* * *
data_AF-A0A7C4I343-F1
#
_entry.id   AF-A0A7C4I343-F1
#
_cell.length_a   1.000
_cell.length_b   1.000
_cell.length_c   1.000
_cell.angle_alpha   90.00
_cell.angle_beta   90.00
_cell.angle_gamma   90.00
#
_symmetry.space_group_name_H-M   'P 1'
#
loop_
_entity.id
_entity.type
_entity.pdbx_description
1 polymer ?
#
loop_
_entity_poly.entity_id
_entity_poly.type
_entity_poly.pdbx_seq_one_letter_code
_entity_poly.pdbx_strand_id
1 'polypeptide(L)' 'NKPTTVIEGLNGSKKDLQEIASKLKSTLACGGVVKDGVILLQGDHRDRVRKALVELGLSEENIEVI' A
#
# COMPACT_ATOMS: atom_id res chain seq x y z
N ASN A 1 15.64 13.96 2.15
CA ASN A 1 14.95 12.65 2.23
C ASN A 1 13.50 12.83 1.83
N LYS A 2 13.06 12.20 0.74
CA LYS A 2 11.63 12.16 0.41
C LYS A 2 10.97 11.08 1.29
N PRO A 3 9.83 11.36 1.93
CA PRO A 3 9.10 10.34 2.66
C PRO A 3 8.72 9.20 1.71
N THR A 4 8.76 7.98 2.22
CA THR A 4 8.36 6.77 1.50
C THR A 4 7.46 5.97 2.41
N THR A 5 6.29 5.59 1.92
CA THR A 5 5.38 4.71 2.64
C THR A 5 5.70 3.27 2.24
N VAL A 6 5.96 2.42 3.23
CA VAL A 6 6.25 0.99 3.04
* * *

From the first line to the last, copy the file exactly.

data_AF-A0A7C4I343-F1
#
_entry.id   AF-A0A7C4I343-F1
#
_cell.length_a   1.000
_cell.length_b   1.000
_cell.length_c   1.000
_cell.angle_alpha   90.00
_cell.angle_beta   90.00
_cell.angle_gamma   90.00
#
_symmetry.space_group_name_H-M   'P 1'
#
loop_
_entity.id
_entity.type
_entity.pdbx_description
1 polymer ?
#
loop_
_entity_poly.entity_id
_entity_poly.type
_entity_poly.pdbx_seq_one_letter_code
_entity_poly.pdbx_strand_id
1 'polypeptide(L)' 'NKPTTVIEGLNGSKKDLQEIASKLKSTLACGGVVKDGVILLQGDHRDRVRKALVELGLSEENIEVI' A
#
# COMPACT_ATOMS: atom_id res chain seq x y z
N ASN A 1 15.64 13.96 2.15
CA ASN A 1 14.95 12.65 2.23
C ASN A 1 13.50 12.83 1.83
N LYS A 2 13.06 12.20 0.74
CA LYS A 2 11.63 12.16 0.41
C LYS A 2 10.97 11.08 1.29
N PRO A 3 9.83 11.36 1.93
CA PRO A 3 9.10 10.34 2.66
C PRO A 3 8.72 9.20 1.71
N THR A 4 8.76 7.98 2.22
CA THR A 4 8.36 6.77 1.50
C THR A 4 7.46 5.97 2.41
N THR A 5 6.29 5.59 1.92
CA THR A 5 5.38 4.71 2.64
C THR A 5 5.70 3.27 2.24
N VAL A 6 5.96 2.42 3.23
CA VAL A 6 6.25 0.99 3.04